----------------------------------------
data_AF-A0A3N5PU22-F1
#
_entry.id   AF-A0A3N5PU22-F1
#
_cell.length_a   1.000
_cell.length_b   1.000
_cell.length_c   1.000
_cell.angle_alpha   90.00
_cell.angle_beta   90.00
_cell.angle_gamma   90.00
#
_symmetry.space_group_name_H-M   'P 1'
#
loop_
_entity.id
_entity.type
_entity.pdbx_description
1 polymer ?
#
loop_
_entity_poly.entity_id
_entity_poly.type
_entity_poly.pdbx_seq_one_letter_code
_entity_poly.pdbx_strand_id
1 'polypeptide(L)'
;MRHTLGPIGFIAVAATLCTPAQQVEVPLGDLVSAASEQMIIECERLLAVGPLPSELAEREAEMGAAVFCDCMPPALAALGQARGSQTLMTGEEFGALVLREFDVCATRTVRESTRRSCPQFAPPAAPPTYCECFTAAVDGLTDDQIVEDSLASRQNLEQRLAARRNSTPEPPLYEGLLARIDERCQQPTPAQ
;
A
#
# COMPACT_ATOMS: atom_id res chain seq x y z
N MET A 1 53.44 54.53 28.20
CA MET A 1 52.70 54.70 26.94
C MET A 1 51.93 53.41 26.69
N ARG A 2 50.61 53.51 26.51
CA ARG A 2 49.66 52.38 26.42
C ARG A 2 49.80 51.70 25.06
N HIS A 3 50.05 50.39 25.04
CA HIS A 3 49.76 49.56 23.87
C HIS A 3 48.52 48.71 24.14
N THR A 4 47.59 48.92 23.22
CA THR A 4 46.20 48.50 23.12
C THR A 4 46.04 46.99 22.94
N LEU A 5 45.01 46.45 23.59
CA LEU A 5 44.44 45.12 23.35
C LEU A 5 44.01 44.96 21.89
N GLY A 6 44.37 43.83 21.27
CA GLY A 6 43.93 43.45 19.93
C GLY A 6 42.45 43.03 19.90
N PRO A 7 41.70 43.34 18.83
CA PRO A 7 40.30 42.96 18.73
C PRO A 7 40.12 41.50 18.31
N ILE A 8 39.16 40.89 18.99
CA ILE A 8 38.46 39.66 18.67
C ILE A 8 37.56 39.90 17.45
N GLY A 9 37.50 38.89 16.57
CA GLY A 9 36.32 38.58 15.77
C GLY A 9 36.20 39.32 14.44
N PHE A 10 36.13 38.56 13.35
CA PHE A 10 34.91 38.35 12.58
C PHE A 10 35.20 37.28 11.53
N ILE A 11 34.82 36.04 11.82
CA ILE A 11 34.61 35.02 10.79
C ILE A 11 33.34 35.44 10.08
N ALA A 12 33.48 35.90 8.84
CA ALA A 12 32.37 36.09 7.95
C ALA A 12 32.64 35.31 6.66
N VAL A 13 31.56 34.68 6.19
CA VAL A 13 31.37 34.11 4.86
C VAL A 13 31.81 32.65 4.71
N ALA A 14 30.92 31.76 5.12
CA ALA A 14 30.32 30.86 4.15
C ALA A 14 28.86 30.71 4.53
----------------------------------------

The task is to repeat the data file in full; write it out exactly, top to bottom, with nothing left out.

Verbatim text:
data_AF-A0A3N5PU22-F1
#
_entry.id   AF-A0A3N5PU22-F1
#
_cell.length_a   1.000
_cell.length_b   1.000
_cell.length_c   1.000
_cell.angle_alpha   90.00
_cell.angle_beta   90.00
_cell.angle_gamma   90.00
#
_symmetry.space_group_name_H-M   'P 1'
#
loop_
_entity.id
_entity.type
_entity.pdbx_description
1 polymer ?
#
loop_
_entity_poly.entity_id
_entity_poly.type
_entity_poly.pdbx_seq_one_letter_code
_entity_poly.pdbx_strand_id
1 'polypeptide(L)'
;MRHTLGPIGFIAVAATLCTPAQQVEVPLGDLVSAASEQMIIECERLLAVGPLPSELAEREAEMGAAVFCDCMPPALAALGQARGSQTLMTGEEFGALVLREFDVCATRTVRESTRRSCPQFAPPAAPPTYCECFTAAVDGLTDDQIVEDSLASRQNLEQRLAARRNSTPEPPLYEGLLARIDERCQQPTPAQ
;
A
#
# COMPACT_ATOMS: atom_id res chain seq x y z
N MET A 1 53.44 54.53 28.20
CA MET A 1 52.70 54.70 26.94
C MET A 1 51.93 53.41 26.69
N ARG A 2 50.61 53.51 26.51
CA ARG A 2 49.66 52.38 26.42
C ARG A 2 49.80 51.70 25.06
N HIS A 3 50.05 50.39 25.04
CA HIS A 3 49.76 49.56 23.87
C HIS A 3 48.52 48.71 24.14
N THR A 4 47.59 48.92 23.22
CA THR A 4 46.20 48.50 23.12
C THR A 4 46.04 46.99 22.94
N LEU A 5 45.01 46.45 23.59
CA LEU A 5 44.44 45.12 23.35
C LEU A 5 44.01 44.96 21.89
N GLY A 6 44.37 43.83 21.27
CA GLY A 6 43.93 43.45 19.93
C GLY A 6 42.45 43.03 19.90
N PRO A 7 41.70 43.34 18.83
CA PRO A 7 40.30 42.96 18.73
C PRO A 7 40.12 41.50 18.31
N ILE A 8 39.16 40.89 18.99
CA ILE A 8 38.46 39.66 18.67
C ILE A 8 37.56 39.90 17.45
N GLY A 9 37.50 38.89 16.57
CA GLY A 9 36.32 38.58 15.77
C GLY A 9 36.20 39.32 14.44
N PHE A 10 36.13 38.56 13.35
CA PHE A 10 34.91 38.35 12.58
C PHE A 10 35.20 37.28 11.53
N ILE A 11 34.82 36.04 11.82
CA ILE A 11 34.61 35.02 10.79
C ILE A 11 33.34 35.44 10.08
N ALA A 12 33.48 35.90 8.84
CA ALA A 12 32.37 36.09 7.95
C ALA A 12 32.64 35.31 6.66
N VAL A 13 31.56 34.68 6.19
CA VAL A 13 31.37 34.11 4.86
C VAL A 13 31.81 32.65 4.71
N ALA A 14 30.92 31.76 5.12
CA ALA A 14 30.32 30.86 4.15
C ALA A 14 28.86 30.71 4.53